“To Mrs. Sylvia P. Lyon on the Death of Her Little Daughter.”
Eliza R. Snow: The Complete Poetry, Brigham Young University Press, p. 285
In the depths of winter, I finally learned that within me there lay an invincible summer.
Albert Camus, as translated in Lyrical and Critical Essays (1968), p. 169.
In his 1625 version of the essay OF FRIENDSHIP, Francis Bacon wrote of the powerful effect friendship has on us as we communicate our joys and sorrows to one another:
But one thing is most admirable (wherewith I will conclude this first fruit of friendship), which is, that this communicating of a man’s self to his friend, works two contrary effects; for it redoubleth joys, and cutteth griefs in halves. For there is no man, that imparteth his joys to his friend, but he joyeth the more; and no man that imparteth his griefs to his friend, but he grieveth the less.
While I think the 1625 version is more frequently cited, I like the original 1612 version because it draws on the powerful relationship between multiplying and dividing:
There is no greater desert or wilderness then to be without true friends. For without friendship, society is but meeting. And as it is certain, that in bodies inanimate, union strengtheneth any natural motion, and weakeneth any violent motion; So amongst men, friendship multiplieth joys, and divideth griefs. Therefore, whosoever wanteth fortitude, let him worship Friendship. For the yoke of Friendship maketh the yoke of fortune more light.
Lastly, it’s interesting to read the 1625 version in the original English:
But one Thing is most Admirable, (wherewith I will conclude this first Fruit of frendship) which is, that this Communicating of a Mans Selfe to his Frend, works two contrarie Effects; For it redoubleth Ioyes, and cutteth Griefes in Halfes. For there is no Man, that imparteth his Ioyes to his Frend, but he ioyeth the more; And no Man, that imparteth his Griefes to his Frend, but hee grieueth the lesse.
How grateful I am for the blessing of friends who have multiplied my joys and divided my sorrows.
There are in our lives reservoirs of many kinds. Some reservoirs are to store water. Some are to store food, as we do in our family welfare program and as Joseph did in the land of Egypt during the seven years of plenty. There should also be reservoirs of knowledge to meet the future needs; reservoirs of courage to overcome the floods of fear that put uncertainty in lives; reservoirs of physical strength to help us meet the frequent burdens of work and illness; reservoirs of goodness; reservoirs of stamina; reservoirs of faith. Yes, especially reservoirs of faith so that when the world presses in upon us, we stand firm and strong; when the temptations of a decaying world about us draw on our energies, sap our spiritual vitality, and seek to pull us down, we need a storage of faith that can carry youth and later adults over the dull, the difficult, the terrifying moments, disappointments, disillusionments, and years of adversity, want, confusion, and frustration. . . .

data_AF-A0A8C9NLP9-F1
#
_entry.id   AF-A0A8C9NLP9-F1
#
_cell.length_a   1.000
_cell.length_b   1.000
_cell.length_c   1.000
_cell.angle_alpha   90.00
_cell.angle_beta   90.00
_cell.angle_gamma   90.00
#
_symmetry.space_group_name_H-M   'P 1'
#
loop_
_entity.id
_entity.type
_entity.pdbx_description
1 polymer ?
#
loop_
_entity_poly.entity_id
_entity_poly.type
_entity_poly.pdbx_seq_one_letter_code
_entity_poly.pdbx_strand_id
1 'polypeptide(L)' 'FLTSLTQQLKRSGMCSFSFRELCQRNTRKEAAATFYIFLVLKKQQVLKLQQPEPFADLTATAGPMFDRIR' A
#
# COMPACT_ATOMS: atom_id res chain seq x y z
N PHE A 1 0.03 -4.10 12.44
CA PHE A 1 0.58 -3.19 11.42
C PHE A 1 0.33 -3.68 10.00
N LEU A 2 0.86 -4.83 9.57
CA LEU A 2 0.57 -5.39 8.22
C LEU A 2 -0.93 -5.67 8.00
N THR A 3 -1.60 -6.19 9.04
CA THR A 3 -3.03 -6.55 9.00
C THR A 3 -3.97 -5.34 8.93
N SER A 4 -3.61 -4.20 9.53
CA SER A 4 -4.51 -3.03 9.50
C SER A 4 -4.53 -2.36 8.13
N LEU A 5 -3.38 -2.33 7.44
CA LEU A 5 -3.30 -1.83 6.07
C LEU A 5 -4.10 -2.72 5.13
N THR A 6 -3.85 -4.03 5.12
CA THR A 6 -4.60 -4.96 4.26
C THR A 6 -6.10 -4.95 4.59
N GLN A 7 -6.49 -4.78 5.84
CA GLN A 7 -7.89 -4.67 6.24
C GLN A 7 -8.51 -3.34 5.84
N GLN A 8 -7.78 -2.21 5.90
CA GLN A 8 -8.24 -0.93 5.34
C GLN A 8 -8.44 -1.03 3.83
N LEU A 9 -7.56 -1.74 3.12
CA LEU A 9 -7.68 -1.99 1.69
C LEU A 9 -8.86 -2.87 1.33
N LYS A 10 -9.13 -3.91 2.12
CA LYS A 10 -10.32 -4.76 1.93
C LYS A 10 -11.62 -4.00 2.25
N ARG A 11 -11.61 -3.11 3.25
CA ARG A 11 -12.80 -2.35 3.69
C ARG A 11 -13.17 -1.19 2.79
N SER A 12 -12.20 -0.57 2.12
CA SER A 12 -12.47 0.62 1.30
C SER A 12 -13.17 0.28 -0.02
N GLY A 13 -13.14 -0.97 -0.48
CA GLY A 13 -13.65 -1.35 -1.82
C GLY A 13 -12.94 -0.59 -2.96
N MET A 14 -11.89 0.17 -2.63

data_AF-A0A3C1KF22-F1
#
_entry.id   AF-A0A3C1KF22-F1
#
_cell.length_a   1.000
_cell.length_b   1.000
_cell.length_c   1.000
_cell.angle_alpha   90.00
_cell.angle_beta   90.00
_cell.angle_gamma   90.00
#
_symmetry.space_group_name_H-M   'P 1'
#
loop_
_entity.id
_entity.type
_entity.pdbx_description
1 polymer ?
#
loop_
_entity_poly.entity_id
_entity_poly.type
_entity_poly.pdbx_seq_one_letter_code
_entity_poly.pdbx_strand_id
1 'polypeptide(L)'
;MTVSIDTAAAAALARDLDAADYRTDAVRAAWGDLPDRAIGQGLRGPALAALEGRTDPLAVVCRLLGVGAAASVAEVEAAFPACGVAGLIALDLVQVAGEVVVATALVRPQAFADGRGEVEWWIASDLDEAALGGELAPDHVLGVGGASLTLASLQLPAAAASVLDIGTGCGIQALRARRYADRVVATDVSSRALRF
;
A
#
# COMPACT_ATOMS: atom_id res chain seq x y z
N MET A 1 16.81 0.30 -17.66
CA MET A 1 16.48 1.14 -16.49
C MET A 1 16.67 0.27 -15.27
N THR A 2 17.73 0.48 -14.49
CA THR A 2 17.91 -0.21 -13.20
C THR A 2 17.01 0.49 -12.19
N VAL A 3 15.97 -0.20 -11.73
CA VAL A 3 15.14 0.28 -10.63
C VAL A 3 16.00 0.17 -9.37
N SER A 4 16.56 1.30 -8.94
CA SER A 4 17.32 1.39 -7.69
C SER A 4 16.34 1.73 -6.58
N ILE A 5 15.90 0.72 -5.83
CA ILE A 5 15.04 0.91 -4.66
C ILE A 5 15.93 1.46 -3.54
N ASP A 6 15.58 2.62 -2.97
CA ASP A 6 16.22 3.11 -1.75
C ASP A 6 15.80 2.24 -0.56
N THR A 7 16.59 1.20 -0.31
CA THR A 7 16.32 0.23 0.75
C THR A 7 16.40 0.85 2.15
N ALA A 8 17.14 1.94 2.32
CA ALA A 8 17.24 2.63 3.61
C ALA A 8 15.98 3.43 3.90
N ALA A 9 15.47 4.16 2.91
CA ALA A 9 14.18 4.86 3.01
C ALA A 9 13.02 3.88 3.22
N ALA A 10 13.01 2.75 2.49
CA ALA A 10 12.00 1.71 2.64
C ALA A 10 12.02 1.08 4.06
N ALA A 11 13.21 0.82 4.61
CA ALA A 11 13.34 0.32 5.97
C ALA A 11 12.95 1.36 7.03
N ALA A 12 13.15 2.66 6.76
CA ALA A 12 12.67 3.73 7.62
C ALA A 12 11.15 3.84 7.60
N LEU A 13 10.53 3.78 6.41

Spencer W. Kimball, Faith Precedes the Miracle (1972), pp. 110–11, or, Teachings of Presidents of the Church: Spencer W. Kimball, Chapter 19: Strengthening our Families
“… each of us [must] focus our attention on the individual responses we must make to the personal adversities that are sure to hound us throughout our lives. Our responses will inevitably shape our souls and ultimately determine our status in eternity. Because opposition is divinely decreed for the purpose of helping us to grow, we have the assurance of God that in the long view of eternity it will not be allowed to overcome us if we persevere in faith. We will prevail. Like the mortal life of which they are a part, adversities are temporary. What is permanent is what we become by the way we react to them.
Dallin H. Oaks, Adversity, Ensign, July 1998
Many today feel troubled and distressed; many feel that, at any moment, the ships of their lives could capsize or sink. It is to you who are looking for a safe harbor that I wish to speak today, you whose hearts are breaking, you who are worried or afraid, you who bear grief or the burdens of sin, you who feel no one is listening to your cries, you whose hearts are pleading, “Master, carest thou not that I perish?” To you I offer a few words of comfort and of counsel.
Be assured that there is a safe harbor. You can find peace amidst the storms that threaten you. Your Heavenly Father—who knows when even a sparrow falls—knows of your heartache and suffering. He loves you and wants the best for you. Never doubt this. While He allows all of us to make choices that may not always be for our own or even others’ well-being, and while He does not always intervene in the course of events, He has promised the faithful peace even in their trials and tribulations.
….Draw close to the Lord Jesus Christ. He bears a special love for those who suffer. He is the Son of God, an eternal king. In His mortal ministry He loved them and blessed them.
To the meek and discouraged, His every word was one of compassion and encouragement. To the sick, He brought a healing balm. Those who yearned for hope, who yearned for a caring touch, received it from the hand of this King of Kings, this Creator of ocean, earth, and sky.
Today Jesus the Christ stands at the right hand of our Heavenly Father. Do you suppose that today He is any less inclined to aid those who suffer, who are sick, or who appeal to the Father in prayer for succor?
Be of good cheer. The Man of Galilee, the Creator, the Son of the Living God will not forget nor forsake those whose hearts are drawn to Him. I testify that the Man who suffered for mankind, who committed His life to healing the sick and comforting the disconsolate, is mindful of your sufferings, doubts, and heartaches.
Joseph B. Wirthlin, “Finding a Safe Harbor,” April 2000 General Conference